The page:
With which card to charge… That’s the question.

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How does an access control system in a charging station work?

When presenting a charging card to a charging station, the control system performs two operations: authentication of the tag (the Hidden ID) and determination if it has sufficient credentials to open a specific lock (a.k.a. the white list lock in a charging station).

The key (NFC tag) and lock mechanism (White List)  for a charging station work just like any other. For example, you may have a card with an NFC tag to enter the gates at your gym and nowadays you have a bus or train card which also work the same way.

Hidden ID

When talking about charging cards in the EV sector we have a Visible ID and Hidden ID. The Visible ID is letter and digit combination that is visible on the charging card and a Hidden ID is a NFC tag that is not visible to the eye but can be acquired.

Charging cards have NFC tags which have an unchangeable serial number (also known as a UID or tag code – or to us, a Hidden ID) baked into the chip at the factory. For most tag technologies, each manufacturer is assigned a block of tag codes to use for their tags, which the manufacturers generally then assign in a globally unique fashion. In order to use this serial for authentication, the charging stations can be programmed with a white list of tag codes that they should accept. If the locks are provided with individualised white lists, the tag code also functions as the access credentials. Alternatively, a system-global ‘white list’ that contains all the tags in the access control system may be used, in which case the tag contains its credential information in its read/write memory. In the Netherlands, this access control system is known as the CIR (Central Interoperability Register). The CIR is a data server consisting of all Tag Ids provided by Service providers in the Netherlands.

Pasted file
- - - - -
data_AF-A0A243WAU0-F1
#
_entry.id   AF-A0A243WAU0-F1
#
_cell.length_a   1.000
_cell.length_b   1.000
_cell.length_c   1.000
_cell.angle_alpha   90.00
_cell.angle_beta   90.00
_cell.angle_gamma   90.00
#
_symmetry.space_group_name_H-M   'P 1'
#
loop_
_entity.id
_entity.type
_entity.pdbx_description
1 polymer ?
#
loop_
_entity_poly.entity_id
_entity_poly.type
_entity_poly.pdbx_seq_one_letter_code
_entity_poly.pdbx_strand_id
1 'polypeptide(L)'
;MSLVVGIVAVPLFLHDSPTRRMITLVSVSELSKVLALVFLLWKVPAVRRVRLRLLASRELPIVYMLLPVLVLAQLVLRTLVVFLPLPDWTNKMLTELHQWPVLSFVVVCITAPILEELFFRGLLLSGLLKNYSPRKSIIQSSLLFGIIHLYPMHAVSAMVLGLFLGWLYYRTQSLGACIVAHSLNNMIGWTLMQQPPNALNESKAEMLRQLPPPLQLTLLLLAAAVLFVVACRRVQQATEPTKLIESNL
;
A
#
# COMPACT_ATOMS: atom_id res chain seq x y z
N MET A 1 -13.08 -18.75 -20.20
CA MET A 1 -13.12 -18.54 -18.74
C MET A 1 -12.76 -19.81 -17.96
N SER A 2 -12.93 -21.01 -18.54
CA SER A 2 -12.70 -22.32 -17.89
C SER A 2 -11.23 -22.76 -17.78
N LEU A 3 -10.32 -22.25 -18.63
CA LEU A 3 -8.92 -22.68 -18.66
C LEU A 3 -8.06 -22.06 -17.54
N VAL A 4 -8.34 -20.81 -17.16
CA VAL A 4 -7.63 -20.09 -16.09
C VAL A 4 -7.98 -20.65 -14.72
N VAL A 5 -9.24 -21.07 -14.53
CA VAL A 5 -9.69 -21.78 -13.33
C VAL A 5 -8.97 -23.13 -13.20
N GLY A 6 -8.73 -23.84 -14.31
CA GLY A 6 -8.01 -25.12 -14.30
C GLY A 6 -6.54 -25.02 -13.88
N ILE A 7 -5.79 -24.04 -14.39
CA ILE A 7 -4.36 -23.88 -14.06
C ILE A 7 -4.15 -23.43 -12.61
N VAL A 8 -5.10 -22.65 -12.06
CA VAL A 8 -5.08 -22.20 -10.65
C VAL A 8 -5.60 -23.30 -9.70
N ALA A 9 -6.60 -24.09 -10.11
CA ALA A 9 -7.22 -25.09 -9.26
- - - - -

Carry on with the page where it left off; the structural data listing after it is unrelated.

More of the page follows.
The question:

Where to charge, where can you charge and with which card?

Everyone’s wallet is growing daily with the amount of cards and in the EV sector, we also found this was a simple solution. However, things may get complicated when you receive a card from a charge point operator, your lease company or from another business.

Which one do you use?

To explain this, we need to understand three types of charging stations:

  1. Standalone: A charging station that does not have a connection with a back office or an access control system known as the CIR.
  2. Charging station and back office combination: A charging station connected to a back office
  3. Charging station, back office and CIR combination: A charging station connected to a back office and the CIR (reminder here, only applicable in the Netherlands, every country has its own solution for this)

On charging station #1 Standalone you can only start a charging session with charging cards that are listed in the White list. These charging stations are usually private at-home charging stations.

On charging station #2 Charging station and back office connection you can start a charging session with a charging card that is listed in the White list, but not with a charging card from a Service provider because this charging station has no connection with the CIR.

On charging station #3 Charging station, back office and CIR connection (a.k.a. public charging station) you can start a charging session with a charging card you received from your Service provider and if your charging card (very unusual when talking about public charging stations) is listed in the White list, you are also able to start a charging session.

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